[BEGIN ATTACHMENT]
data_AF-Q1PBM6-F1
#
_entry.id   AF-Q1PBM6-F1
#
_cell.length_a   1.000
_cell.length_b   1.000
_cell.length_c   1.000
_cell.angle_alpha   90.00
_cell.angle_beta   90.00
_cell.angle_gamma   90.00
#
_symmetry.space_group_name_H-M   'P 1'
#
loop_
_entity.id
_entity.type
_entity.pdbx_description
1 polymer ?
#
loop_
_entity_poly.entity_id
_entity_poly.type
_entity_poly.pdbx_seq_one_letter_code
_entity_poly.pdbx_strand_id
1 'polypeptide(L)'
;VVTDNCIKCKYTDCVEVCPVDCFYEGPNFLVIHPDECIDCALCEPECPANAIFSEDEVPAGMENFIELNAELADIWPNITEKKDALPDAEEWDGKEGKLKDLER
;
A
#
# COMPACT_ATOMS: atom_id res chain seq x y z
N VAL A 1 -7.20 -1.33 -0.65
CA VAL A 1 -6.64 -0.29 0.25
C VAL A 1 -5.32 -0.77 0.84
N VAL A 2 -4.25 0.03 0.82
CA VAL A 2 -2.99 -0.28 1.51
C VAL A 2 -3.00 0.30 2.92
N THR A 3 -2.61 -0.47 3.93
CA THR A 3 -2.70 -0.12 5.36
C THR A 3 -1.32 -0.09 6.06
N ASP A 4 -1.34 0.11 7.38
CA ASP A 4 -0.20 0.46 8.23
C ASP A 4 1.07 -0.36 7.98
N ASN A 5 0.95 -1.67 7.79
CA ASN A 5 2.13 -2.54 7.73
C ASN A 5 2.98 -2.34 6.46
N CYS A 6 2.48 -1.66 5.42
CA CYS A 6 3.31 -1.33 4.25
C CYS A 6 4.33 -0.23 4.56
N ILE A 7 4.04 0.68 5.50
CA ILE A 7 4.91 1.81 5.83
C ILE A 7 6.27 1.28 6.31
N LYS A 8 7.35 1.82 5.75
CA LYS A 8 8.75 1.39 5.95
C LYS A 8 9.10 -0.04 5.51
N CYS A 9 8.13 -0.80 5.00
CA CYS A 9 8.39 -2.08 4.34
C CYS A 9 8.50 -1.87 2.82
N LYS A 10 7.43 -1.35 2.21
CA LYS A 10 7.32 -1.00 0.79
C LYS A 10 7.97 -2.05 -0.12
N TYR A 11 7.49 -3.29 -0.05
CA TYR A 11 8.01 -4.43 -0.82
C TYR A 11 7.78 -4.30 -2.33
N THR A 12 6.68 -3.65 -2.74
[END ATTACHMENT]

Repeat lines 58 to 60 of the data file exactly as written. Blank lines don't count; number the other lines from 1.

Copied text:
N LYS A 10 7.43 -1.35 2.21
CA LYS A 10 7.32 -1.00 0.79
C LYS A 10 7.97 -2.05 -0.12